All states regulate and control the possession of controlled dangerous substances (CDS), though each differs in its exact definition of CDS and the penalties for possession.
This article discusses the possession of CDS for personal use only. Making and selling CDS carries different penalties. For more information on illegal manufacture and sale of CDS, and the related penalties, see Sale of a Controlled Substance Michigan.
Also, while marijuana is considered a CDS, this article does not cover Michigan’s marijuana possession and sale laws. To learn more about that topic, see Michigan Marijuana Laws.
Michigan divides CDS into five “schedules.” Schedule 1 lists the most dangerous drugs, which have a high probability of abuse and addiction, and no recognized medical value. Schedules 2, 3, 4, and 5 decrease in dangerousness and probability of abuse; and increase in recognized medical uses.
These classes are also used to determine the applicable penalties for illegally possessing specific CDS (described in the next section). If you’ve been arrested for illegal CDS possession, you’ll need to consult the Michigan Code that lists precisely which drugs fit into each group. Go to the statute (Mi. Comp. Laws Ann. § 333.7212, -7214, -7216, -7218, & 7220.) and find the substance you're charged with possessing -- it will be listed under one of the five schedules.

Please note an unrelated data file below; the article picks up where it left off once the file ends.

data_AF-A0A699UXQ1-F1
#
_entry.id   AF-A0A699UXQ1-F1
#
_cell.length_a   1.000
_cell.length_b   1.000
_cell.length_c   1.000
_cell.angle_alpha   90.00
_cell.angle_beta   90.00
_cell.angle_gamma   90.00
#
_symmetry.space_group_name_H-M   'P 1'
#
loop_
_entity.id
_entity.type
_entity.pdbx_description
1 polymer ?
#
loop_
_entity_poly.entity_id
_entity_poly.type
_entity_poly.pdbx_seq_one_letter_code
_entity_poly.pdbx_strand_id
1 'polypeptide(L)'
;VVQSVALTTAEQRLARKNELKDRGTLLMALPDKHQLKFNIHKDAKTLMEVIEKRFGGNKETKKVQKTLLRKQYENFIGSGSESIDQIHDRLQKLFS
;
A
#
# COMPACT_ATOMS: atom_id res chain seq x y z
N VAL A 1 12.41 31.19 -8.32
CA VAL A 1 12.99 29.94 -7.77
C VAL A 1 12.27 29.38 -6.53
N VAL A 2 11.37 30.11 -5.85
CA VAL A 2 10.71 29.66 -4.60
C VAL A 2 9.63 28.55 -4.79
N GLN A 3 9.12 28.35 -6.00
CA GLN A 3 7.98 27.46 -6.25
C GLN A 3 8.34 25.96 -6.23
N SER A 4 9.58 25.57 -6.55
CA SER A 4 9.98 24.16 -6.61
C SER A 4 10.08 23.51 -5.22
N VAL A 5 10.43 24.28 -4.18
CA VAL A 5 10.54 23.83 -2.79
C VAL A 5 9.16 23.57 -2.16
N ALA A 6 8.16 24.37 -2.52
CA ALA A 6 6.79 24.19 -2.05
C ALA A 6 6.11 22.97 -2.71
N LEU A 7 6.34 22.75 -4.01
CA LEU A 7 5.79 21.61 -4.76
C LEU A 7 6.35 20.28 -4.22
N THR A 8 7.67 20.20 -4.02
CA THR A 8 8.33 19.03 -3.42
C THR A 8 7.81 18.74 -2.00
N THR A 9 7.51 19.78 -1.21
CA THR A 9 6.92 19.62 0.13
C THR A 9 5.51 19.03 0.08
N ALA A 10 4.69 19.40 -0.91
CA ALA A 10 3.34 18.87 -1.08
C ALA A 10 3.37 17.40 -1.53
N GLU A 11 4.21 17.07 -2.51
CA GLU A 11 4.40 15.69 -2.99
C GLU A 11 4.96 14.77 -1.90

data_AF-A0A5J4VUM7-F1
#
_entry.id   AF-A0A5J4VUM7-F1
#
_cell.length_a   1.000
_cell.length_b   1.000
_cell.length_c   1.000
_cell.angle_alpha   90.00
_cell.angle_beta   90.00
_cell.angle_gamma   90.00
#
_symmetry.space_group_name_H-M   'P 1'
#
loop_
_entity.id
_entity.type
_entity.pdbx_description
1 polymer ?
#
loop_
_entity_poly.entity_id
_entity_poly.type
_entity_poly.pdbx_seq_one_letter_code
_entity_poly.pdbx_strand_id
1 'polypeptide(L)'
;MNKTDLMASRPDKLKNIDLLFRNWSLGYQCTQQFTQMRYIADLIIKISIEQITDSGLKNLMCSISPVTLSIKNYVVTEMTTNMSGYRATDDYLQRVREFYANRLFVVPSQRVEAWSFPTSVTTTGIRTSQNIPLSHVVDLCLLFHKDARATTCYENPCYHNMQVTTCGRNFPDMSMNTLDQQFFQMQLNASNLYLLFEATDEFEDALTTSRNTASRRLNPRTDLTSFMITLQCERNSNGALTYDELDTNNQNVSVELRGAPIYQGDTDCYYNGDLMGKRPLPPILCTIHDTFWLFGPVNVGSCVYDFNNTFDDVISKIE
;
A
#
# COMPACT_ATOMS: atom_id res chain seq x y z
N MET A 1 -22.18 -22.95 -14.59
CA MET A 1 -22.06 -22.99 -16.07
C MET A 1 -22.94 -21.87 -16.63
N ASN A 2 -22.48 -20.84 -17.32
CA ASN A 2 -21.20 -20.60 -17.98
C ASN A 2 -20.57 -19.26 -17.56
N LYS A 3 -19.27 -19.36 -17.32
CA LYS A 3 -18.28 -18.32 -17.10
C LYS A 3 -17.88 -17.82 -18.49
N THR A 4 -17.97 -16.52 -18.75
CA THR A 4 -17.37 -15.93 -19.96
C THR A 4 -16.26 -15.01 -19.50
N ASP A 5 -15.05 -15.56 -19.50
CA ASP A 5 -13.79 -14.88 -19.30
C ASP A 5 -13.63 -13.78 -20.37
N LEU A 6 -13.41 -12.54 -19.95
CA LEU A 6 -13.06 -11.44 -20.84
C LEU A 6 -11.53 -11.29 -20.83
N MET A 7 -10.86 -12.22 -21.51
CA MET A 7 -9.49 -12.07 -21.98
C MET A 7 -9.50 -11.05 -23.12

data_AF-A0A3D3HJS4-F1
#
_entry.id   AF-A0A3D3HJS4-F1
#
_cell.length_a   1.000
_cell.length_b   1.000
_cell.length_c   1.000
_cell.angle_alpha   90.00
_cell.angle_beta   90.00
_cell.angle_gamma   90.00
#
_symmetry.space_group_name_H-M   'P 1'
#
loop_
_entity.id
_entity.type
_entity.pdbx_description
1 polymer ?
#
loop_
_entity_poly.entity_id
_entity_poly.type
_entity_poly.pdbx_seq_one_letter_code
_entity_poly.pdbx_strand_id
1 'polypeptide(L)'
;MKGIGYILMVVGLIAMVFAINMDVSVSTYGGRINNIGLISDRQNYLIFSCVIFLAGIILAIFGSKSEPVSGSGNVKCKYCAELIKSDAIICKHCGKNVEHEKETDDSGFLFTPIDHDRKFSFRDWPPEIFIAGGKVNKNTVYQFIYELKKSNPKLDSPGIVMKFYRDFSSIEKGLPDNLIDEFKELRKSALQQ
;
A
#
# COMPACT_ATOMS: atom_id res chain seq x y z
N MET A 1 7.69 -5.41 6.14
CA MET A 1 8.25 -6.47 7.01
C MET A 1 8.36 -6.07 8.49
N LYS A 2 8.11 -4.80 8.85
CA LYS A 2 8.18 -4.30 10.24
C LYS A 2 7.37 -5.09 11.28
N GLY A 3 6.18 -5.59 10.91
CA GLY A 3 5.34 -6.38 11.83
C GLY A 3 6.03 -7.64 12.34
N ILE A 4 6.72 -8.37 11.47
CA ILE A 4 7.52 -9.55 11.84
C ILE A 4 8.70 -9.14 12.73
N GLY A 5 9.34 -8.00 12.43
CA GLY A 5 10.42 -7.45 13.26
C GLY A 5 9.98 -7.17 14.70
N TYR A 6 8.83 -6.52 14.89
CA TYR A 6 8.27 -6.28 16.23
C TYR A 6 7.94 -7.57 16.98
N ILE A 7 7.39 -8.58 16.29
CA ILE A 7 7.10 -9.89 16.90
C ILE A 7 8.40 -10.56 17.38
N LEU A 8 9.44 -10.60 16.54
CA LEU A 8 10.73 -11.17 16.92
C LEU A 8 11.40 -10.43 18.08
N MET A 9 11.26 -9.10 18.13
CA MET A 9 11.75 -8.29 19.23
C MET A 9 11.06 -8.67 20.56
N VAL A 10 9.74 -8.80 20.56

It is illegal in Michigan to possess CDS without a valid prescription. Penalties vary according to the amount and type of CDS involved. (Mi. Comp. Laws Ann. § 333.7403.)
Penalties for illegally possessing a schedule 1 or 2 narcotic substance (such as heroin or morphine) vary according to the amount possessed.
Penalties for illegally possessing ecstasy or methamphetamine include a fine of up to $15,000, up to 10 years in prison, or both.
Illegally possessing any other Schedule 1, 2, 3, or 4 substance not otherwise listed above (excluding marijuana) incurs a fine of up to $2,000, up to one year in jail, or both.
Penalties include a fine of up to $2,000, up two years in prison, or both.
Illegally possessing a prescription form incurs a fine of up to $1,000, up to one year in jail, or both.
Illegal CDS possession convictions incur heavy fines and long periods of incarceration. A local lawyer who practices CDS defense will review the facts of your case, explain your options, and advise you of the possible consequences.